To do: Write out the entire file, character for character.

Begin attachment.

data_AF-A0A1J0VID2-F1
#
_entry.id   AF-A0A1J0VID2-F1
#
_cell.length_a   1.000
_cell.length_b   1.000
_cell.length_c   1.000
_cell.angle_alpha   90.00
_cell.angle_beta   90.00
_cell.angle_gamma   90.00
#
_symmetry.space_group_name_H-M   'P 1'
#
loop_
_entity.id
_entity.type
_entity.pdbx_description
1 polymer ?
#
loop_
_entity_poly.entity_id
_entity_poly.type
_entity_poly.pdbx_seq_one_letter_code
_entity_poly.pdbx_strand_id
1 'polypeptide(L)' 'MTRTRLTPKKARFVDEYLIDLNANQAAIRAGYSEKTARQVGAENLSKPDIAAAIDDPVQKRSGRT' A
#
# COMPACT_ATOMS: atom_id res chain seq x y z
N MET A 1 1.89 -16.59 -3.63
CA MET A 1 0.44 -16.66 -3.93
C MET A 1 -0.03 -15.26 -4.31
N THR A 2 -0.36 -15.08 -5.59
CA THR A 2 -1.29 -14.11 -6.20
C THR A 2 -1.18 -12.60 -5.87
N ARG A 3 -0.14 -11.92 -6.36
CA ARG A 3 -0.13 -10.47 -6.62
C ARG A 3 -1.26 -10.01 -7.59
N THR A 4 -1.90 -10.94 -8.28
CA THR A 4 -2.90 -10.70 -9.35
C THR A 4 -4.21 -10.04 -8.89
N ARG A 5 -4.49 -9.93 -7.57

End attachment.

data_AF-A0A1J0VID2-F1
#
_entry.id   AF-A0A1J0VID2-F1
#
_cell.length_a   1.000
_cell.length_b   1.000
_cell.length_c   1.000
_cell.angle_alpha   90.00
_cell.angle_beta   90.00
_cell.angle_gamma   90.00
#
_symmetry.space_group_name_H-M   'P 1'
#
loop_
_entity.id
_entity.type
_entity.pdbx_description
1 polymer ?
#
loop_
_entity_poly.entity_id
_entity_poly.type
_entity_poly.pdbx_seq_one_letter_code
_entity_poly.pdbx_strand_id
1 'polypeptide(L)' 'MTRTRLTPKKARFVDEYLIDLNANQAAIRAGYSEKTARQVGAENLSKPDIAAAIDDPVQKRSGRT' A
#
# COMPACT_ATOMS: atom_id res chain seq x y z
N MET A 1 1.89 -16.59 -3.63
CA MET A 1 0.44 -16.66 -3.93
C MET A 1 -0.03 -15.26 -4.31
N THR A 2 -0.36 -15.08 -5.59
CA THR A 2 -1.29 -14.11 -6.20
C THR A 2 -1.18 -12.60 -5.87
N ARG A 3 -0.14 -11.92 -6.36
CA ARG A 3 -0.13 -10.47 -6.62
C ARG A 3 -1.26 -10.01 -7.59
N THR A 4 -1.90 -10.94 -8.28
CA THR A 4 -2.90 -10.70 -9.35
C THR A 4 -4.21 -10.04 -8.89
N ARG A 5 -4.49 -9.93 -7.57